THE people came of course, but not in such numbers as had been expected. Many of those in Rufford had heard of the accident, and, having been made acquainted with Nokes's report, stayed away. Everybody was told that supper would be on the table at twelve, and that it was generally understood that the house was to be cleared by two. Nokes seemed to think that the sufferer would live at least till the morrow, and it was ascertained to a certainty that the music could not affect him. It was agreed among the party in the house, that the ladies staying there should stand up for the first dance or two, as otherwise the strangers would be discouraged and the whole thing would be a failure. This request was made by Lady Penwether because Miss Penge had said that she thought it impossible for her to dance. Poor Miss Penge, who was generally regarded as a brilliant young woman, had been a good, deal eclipsed by Arabella, and had seen the necessity of striking out some line for herself. Then Arabella had whispered a few words to Lord Rufford,and the lord had whispered a few words to his sister, and Lady Penwether had explained what was to be done to the ladies around. Lady Augustus nodded her head and said that it was all right. The other ladies of course agreed, and partners were selected within the house party. Lord Rufford stood up with Arabella, and John Morton with Lady Penwether. Mr. Gotobed selected Miss Penge, and Hampton and Battersby the two Miss Godolphins. They all took their places with a lugubrious but businesslike air, as aware that they were sacrificing themselves in the performance of a sad duty. But Morton was not allowed to dance in the same quadrille with the lady of his affections. Lady Penwether explained to him that she and her brother had better divide themselves,--for the good of the company generally,--and therefore he and Arabella were also divided.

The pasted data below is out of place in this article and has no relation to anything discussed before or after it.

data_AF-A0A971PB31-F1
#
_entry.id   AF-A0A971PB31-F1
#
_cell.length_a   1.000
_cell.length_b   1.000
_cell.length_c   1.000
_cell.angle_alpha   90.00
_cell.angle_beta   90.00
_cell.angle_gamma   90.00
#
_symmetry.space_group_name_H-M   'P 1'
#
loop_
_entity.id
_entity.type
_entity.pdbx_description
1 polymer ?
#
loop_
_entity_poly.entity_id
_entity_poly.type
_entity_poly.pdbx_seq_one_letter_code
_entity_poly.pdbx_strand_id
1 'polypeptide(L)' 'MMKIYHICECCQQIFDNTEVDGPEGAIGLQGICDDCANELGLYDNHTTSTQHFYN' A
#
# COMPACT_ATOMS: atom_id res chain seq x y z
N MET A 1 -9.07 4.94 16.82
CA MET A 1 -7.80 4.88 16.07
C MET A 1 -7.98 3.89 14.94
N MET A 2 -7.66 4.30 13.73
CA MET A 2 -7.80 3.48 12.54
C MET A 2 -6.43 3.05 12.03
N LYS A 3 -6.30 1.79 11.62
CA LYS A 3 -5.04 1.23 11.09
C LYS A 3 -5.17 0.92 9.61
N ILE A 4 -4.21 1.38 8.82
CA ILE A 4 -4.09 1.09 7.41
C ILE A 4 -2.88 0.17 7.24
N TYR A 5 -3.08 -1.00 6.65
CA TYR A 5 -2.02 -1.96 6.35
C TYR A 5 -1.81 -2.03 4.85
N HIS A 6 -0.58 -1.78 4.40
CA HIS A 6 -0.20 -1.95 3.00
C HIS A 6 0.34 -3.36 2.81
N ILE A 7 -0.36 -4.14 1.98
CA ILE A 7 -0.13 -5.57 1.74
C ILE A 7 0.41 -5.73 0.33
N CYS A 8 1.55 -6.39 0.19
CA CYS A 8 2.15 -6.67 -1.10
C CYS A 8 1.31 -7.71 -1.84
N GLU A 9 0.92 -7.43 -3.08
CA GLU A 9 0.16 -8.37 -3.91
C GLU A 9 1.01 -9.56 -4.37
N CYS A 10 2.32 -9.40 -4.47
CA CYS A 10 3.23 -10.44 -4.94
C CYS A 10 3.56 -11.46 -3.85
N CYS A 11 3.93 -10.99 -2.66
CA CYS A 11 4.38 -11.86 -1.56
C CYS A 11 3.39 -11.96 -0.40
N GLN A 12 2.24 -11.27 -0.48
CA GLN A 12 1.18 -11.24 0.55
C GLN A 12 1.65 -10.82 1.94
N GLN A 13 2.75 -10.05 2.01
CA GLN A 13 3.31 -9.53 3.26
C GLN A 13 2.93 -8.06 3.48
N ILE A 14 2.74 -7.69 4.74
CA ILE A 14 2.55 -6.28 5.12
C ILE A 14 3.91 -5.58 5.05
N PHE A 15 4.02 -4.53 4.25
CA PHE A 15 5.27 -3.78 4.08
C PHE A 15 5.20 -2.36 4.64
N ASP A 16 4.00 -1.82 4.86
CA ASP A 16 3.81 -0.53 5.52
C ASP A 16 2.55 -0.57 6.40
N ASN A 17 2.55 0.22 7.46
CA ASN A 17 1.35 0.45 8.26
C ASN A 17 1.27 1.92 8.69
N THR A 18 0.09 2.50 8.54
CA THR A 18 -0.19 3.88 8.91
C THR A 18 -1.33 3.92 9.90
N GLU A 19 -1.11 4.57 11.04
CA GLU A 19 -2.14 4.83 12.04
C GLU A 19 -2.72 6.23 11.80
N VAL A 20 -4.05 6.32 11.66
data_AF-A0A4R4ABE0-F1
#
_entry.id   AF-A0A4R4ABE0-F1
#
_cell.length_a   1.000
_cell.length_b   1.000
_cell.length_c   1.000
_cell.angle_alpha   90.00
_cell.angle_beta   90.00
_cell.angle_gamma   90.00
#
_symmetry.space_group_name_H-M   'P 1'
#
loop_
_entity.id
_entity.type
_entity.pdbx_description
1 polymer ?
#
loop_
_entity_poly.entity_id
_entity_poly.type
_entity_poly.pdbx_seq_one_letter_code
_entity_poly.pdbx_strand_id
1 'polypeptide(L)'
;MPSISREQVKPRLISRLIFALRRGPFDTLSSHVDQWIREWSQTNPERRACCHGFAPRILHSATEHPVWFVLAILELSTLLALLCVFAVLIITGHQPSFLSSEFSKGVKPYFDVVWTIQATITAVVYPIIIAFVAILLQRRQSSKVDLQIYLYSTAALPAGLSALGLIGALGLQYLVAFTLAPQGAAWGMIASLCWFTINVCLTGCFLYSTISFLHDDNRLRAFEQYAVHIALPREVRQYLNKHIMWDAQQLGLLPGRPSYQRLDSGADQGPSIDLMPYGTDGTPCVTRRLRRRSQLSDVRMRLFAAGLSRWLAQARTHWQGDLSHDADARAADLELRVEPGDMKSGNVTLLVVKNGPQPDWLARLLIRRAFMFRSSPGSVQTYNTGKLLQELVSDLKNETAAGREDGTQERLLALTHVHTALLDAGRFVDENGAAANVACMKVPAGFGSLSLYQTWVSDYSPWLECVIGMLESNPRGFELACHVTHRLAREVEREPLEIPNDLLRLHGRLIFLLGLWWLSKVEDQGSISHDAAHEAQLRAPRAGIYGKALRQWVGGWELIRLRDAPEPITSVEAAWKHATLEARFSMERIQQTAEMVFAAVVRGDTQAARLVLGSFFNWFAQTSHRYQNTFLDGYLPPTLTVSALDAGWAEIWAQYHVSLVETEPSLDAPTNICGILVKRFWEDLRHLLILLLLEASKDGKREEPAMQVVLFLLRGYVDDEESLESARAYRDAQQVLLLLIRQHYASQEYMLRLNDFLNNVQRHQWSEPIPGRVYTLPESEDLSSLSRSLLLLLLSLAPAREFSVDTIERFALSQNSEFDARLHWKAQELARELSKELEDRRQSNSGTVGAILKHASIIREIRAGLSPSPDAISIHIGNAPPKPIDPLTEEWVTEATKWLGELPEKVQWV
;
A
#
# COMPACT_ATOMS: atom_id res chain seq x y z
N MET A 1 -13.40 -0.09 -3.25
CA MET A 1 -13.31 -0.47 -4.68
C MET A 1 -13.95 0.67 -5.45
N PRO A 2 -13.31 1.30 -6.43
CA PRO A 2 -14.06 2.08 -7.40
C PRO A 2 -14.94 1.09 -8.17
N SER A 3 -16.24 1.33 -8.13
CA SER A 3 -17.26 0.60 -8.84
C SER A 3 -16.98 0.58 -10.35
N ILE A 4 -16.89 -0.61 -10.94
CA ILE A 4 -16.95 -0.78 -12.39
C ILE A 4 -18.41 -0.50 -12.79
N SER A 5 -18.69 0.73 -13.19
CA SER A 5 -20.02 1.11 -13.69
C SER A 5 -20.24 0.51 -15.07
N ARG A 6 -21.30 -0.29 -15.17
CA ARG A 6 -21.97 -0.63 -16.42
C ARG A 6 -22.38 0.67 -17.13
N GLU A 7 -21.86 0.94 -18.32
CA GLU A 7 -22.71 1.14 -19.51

A rumour had reached Lady Penwether of the truth in